The main lab automation benefits are reproducibility (quality), data accuracy, traceability, efficiency, safety, and faster translation from bench to bedside.
Reproducibility has always been a major concern for laboratories. In 2011, a Nature survey highlighted the widespread challenge of reproducibility when it found that 70% of scientists have tried and failed to reproduce another’s experiments.
Automation has the potential to reduce handler-induced variability and contamination, resulting in improvements in quality of results.
In the research environment, for example, laboratory automation can enable a greater rate of experimental data capture, increased volume of results, and the use of a wider range of controls, increasing the likelihood that results will be reproducible. Reproducible data can then be built upon with further research.
Elsewhere, in clinical labs, automation can also reduce pre-analytic errors such as mislabelling or misplacing samples, or selecting the wrong media.
Data accuracy is one of the aspects of laboratories that can be improved with lab automation. In the microbiology lab, consistent automated plate streaking of urine samples allows for more accurate differentiation of a potential pathogen from contaminating microbiota, for instance.
Automated processes and tools can incorporate machine learning algorithms that improve the accuracy of data evaluation compared to human-based interpretation. They do this by avoiding idealised training subsets and learning from a larger pool of real samples. For example, automation of slide imaging and Gram stain interpretation can improve upon the manual classification of common bloodstream pathogens, and automated echocardiogram analysis can classify a range of pathologies with high levels of accuracy.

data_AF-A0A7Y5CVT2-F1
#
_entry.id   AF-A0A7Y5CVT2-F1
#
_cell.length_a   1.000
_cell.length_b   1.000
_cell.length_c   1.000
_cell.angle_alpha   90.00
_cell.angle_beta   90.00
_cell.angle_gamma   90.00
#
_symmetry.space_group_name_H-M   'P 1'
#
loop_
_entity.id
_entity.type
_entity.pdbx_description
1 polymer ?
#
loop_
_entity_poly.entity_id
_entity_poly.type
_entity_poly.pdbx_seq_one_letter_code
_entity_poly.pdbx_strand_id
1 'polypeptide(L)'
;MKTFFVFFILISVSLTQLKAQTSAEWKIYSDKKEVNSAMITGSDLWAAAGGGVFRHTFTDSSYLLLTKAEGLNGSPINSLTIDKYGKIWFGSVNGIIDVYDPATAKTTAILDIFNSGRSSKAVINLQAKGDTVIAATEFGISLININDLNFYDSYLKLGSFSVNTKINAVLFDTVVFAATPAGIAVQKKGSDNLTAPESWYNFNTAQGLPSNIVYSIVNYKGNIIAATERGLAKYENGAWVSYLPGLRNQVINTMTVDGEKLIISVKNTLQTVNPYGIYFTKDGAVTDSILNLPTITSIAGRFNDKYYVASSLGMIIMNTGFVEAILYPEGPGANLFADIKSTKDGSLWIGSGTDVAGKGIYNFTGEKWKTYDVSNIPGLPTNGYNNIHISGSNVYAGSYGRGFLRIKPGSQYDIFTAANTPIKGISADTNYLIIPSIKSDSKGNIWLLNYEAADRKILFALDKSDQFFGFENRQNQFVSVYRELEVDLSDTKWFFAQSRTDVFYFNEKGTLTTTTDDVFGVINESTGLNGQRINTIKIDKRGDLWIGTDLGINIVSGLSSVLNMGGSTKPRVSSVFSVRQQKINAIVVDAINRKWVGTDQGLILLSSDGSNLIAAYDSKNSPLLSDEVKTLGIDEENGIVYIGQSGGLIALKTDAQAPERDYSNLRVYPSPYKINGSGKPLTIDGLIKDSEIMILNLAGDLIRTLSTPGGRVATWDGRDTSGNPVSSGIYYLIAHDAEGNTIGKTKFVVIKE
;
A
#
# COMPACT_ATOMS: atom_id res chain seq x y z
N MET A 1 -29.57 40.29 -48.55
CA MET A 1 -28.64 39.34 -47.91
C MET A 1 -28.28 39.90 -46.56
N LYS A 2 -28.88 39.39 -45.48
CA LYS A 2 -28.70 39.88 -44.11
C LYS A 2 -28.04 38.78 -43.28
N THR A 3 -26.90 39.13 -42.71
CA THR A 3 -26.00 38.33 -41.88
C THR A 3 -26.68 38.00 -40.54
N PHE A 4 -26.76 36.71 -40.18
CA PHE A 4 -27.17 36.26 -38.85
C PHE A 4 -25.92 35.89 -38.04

Traceability is another significant benefit of lab automation.
The ability to compare test results to each other and to standards is critical both to academic research laboratories and clinical laboratories. Another important aspect of traceability is data provenance, the ability to describe the history and origins of data.
In the research lab, traceability is essential to enable the translation of findings to the clinic. In the clinical laboratory, on the other hand, the importance of this concept is highlighted by the inclusion of metrological traceability in the requirements for accreditation by ISO 15189:2012. In cases where clinical practice guidelines recommend medical action based on test results, traceability mitigates the risk of medical harm to a patient.
The challenges inherent in maintaining traceability in any life sciences laboratory can be eliminated with automation. Laboratory automation increases the capacity of the lab to process samples with adequate documentation and accuracy, and it can also take care of the chain of custody of data.